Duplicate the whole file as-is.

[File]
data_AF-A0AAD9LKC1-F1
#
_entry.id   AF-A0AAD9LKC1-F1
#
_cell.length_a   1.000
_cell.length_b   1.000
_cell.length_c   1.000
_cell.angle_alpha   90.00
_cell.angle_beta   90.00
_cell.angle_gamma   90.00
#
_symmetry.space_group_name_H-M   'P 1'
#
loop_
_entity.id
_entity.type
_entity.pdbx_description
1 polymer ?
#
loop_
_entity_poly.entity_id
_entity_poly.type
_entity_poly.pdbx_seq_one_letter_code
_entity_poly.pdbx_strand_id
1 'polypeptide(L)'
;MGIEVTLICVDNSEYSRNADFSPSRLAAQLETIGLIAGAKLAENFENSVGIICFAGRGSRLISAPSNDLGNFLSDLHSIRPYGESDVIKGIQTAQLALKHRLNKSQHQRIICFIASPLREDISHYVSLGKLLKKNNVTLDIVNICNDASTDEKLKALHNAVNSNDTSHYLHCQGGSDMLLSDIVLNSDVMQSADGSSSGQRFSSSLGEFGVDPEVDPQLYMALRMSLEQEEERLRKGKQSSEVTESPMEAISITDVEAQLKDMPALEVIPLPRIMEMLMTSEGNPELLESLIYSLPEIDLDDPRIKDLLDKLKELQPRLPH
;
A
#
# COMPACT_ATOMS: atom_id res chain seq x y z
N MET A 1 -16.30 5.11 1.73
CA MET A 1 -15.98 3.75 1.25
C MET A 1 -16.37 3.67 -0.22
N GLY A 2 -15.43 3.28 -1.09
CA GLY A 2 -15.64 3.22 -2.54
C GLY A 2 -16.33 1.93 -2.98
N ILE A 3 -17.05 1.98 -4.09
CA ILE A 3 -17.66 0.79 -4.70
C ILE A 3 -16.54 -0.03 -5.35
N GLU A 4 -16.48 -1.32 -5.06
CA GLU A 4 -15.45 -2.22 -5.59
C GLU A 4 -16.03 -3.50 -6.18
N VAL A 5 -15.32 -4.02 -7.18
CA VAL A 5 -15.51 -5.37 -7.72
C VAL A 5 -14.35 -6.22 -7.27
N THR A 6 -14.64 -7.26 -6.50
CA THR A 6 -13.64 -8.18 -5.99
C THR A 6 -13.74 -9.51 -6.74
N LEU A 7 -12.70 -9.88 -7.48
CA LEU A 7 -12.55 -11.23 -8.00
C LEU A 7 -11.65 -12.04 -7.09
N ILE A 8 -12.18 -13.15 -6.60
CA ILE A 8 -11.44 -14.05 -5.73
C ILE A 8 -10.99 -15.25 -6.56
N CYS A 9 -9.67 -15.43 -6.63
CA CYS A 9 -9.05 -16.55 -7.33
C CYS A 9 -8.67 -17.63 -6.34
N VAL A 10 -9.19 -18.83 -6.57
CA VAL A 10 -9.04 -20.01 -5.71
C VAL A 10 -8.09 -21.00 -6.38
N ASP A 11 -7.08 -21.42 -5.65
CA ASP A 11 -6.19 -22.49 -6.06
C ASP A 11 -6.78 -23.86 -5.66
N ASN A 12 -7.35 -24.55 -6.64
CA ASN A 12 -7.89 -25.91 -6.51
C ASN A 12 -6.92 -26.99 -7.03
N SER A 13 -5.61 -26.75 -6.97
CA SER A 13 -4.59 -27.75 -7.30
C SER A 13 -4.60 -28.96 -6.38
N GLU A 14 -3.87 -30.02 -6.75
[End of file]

data_AF-A0AAD9LKC1-F1
#
_entry.id   AF-A0AAD9LKC1-F1
#
_cell.length_a   1.000
_cell.length_b   1.000
_cell.length_c   1.000
_cell.angle_alpha   90.00
_cell.angle_beta   90.00
_cell.angle_gamma   90.00
#
_symmetry.space_group_name_H-M   'P 1'
#
loop_
_entity.id
_entity.type
_entity.pdbx_description
1 polymer ?
#
loop_
_entity_poly.entity_id
_entity_poly.type
_entity_poly.pdbx_seq_one_letter_code
_entity_poly.pdbx_strand_id
1 'polypeptide(L)'
;MGIEVTLICVDNSEYSRNADFSPSRLAAQLETIGLIAGAKLAENFENSVGIICFAGRGSRLISAPSNDLGNFLSDLHSIRPYGESDVIKGIQTAQLALKHRLNKSQHQRIICFIASPLREDISHYVSLGKLLKKNNVTLDIVNICNDASTDEKLKALHNAVNSNDTSHYLHCQGGSDMLLSDIVLNSDVMQSADGSSSGQRFSSSLGEFGVDPEVDPQLYMALRMSLEQEEERLRKGKQSSEVTESPMEAISITDVEAQLKDMPALEVIPLPRIMEMLMTSEGNPELLESLIYSLPEIDLDDPRIKDLLDKLKELQPRLPH
;
A
#
# COMPACT_ATOMS: atom_id res chain seq x y z
N MET A 1 -16.30 5.11 1.73
CA MET A 1 -15.98 3.75 1.25
C MET A 1 -16.37 3.67 -0.22
N GLY A 2 -15.43 3.28 -1.09
CA GLY A 2 -15.64 3.22 -2.54
C GLY A 2 -16.33 1.93 -2.98
N ILE A 3 -17.05 1.98 -4.09
CA ILE A 3 -17.66 0.79 -4.70
C ILE A 3 -16.54 -0.03 -5.35
N GLU A 4 -16.48 -1.32 -5.06
CA GLU A 4 -15.45 -2.22 -5.59
C GLU A 4 -16.03 -3.50 -6.18
N VAL A 5 -15.32 -4.02 -7.18
CA VAL A 5 -15.51 -5.37 -7.72
C VAL A 5 -14.35 -6.22 -7.27
N THR A 6 -14.64 -7.26 -6.50
CA THR A 6 -13.64 -8.18 -5.99
C THR A 6 -13.74 -9.51 -6.74
N LEU A 7 -12.70 -9.88 -7.48
CA LEU A 7 -12.55 -11.23 -8.00
C LEU A 7 -11.65 -12.04 -7.09
N ILE A 8 -12.18 -13.15 -6.60
CA ILE A 8 -11.44 -14.05 -5.73
C ILE A 8 -10.99 -15.25 -6.56
N CYS A 9 -9.67 -15.43 -6.63
CA CYS A 9 -9.05 -16.55 -7.33
C CYS A 9 -8.67 -17.63 -6.34
N VAL A 10 -9.19 -18.83 -6.57
CA VAL A 10 -9.04 -20.01 -5.71
C VAL A 10 -8.09 -21.00 -6.38
N ASP A 11 -7.08 -21.42 -5.65
CA ASP A 11 -6.19 -22.49 -6.06
C ASP A 11 -6.78 -23.86 -5.66
N ASN A 12 -7.35 -24.55 -6.64
CA ASN A 12 -7.89 -25.91 -6.51
C ASN A 12 -6.92 -26.99 -7.03
N SER A 13 -5.61 -26.75 -6.97
CA SER A 13 -4.59 -27.75 -7.30
C SER A 13 -4.60 -28.96 -6.38
N GLU A 14 -3.87 -30.02 -6.75